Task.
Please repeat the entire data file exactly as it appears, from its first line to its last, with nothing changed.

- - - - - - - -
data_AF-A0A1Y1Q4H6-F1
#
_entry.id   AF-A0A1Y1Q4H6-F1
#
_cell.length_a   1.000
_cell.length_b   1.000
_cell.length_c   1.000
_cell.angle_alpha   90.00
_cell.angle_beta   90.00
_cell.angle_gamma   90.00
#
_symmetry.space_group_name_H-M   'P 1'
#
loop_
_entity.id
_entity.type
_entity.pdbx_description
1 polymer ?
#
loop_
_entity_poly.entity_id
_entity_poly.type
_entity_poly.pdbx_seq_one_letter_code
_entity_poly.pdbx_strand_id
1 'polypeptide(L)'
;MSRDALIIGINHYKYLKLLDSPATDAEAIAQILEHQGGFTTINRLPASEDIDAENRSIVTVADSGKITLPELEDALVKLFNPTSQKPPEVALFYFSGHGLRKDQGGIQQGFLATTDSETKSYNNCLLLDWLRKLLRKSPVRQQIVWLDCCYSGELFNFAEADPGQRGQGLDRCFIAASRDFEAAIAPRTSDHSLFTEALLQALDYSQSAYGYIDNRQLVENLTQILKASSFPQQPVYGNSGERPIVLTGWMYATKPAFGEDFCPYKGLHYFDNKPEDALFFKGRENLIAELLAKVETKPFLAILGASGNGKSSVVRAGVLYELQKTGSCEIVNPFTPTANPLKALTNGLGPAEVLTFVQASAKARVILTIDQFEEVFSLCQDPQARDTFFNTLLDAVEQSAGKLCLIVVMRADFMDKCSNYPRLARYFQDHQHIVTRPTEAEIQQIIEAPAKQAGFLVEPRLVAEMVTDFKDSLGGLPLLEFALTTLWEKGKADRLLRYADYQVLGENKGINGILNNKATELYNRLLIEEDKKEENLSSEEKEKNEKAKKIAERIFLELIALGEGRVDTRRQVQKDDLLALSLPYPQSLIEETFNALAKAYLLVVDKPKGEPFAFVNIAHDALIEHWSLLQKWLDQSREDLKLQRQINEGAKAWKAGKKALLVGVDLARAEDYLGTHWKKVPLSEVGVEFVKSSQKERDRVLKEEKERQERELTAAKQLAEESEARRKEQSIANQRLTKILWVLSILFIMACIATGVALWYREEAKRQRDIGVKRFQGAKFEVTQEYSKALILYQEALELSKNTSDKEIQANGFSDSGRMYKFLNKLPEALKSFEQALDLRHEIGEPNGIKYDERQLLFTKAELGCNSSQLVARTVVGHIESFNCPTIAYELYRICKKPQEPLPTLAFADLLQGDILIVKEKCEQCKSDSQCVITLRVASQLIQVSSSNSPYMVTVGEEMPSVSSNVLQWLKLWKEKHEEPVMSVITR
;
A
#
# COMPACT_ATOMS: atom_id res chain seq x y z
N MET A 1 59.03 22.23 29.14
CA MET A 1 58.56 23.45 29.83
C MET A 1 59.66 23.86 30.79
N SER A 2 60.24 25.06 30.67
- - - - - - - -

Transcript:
data_AF-A0A1Y1Q4H6-F1
#
_entry.id   AF-A0A1Y1Q4H6-F1
#
_cell.length_a   1.000
_cell.length_b   1.000
_cell.length_c   1.000
_cell.angle_alpha   90.00
_cell.angle_beta   90.00
_cell.angle_gamma   90.00
#
_symmetry.space_group_name_H-M   'P 1'
#
loop_
_entity.id
_entity.type
_entity.pdbx_description
1 polymer ?
#
loop_
_entity_poly.entity_id
_entity_poly.type
_entity_poly.pdbx_seq_one_letter_code
_entity_poly.pdbx_strand_id
1 'polypeptide(L)'
;MSRDALIIGINHYKYLKLLDSPATDAEAIAQILEHQGGFTTINRLPASEDIDAENRSIVTVADSGKITLPELEDALVKLFNPTSQKPPEVALFYFSGHGLRKDQGGIQQGFLATTDSETKSYNNCLLLDWLRKLLRKSPVRQQIVWLDCCYSGELFNFAEADPGQRGQGLDRCFIAASRDFEAAIAPRTSDHSLFTEALLQALDYSQSAYGYIDNRQLVENLTQILKASSFPQQPVYGNSGERPIVLTGWMYATKPAFGEDFCPYKGLHYFDNKPEDALFFKGRENLIAELLAKVETKPFLAILGASGNGKSSVVRAGVLYELQKTGSCEIVNPFTPTANPLKALTNGLGPAEVLTFVQASAKARVILTIDQFEEVFSLCQDPQARDTFFNTLLDAVEQSAGKLCLIVVMRADFMDKCSNYPRLARYFQDHQHIVTRPTEAEIQQIIEAPAKQAGFLVEPRLVAEMVTDFKDSLGGLPLLEFALTTLWEKGKADRLLRYADYQVLGENKGINGILNNKATELYNRLLIEEDKKEENLSSEEKEKNEKAKKIAERIFLELIALGEGRVDTRRQVQKDDLLALSLPYPQSLIEETFNALAKAYLLVVDKPKGEPFAFVNIAHDALIEHWSLLQKWLDQSREDLKLQRQINEGAKAWKAGKKALLVGVDLARAEDYLGTHWKKVPLSEVGVEFVKSSQKERDRVLKEEKERQERELTAAKQLAEESEARRKEQSIANQRLTKILWVLSILFIMACIATGVALWYREEAKRQRDIGVKRFQGAKFEVTQEYSKALILYQEALELSKNTSDKEIQANGFSDSGRMYKFLNKLPEALKSFEQALDLRHEIGEPNGIKYDERQLLFTKAELGCNSSQLVARTVVGHIESFNCPTIAYELYRICKKPQEPLPTLAFADLLQGDILIVKEKCEQCKSDSQCVITLRVASQLIQVSSSNSPYMVTVGEEMPSVSSNVLQWLKLWKEKHEEPVMSVITR
;
A
#
# COMPACT_ATOMS: atom_id res chain seq x y z
N MET A 1 59.03 22.23 29.14
CA MET A 1 58.56 23.45 29.83
C MET A 1 59.66 23.86 30.79
N SER A 2 60.24 25.06 30.67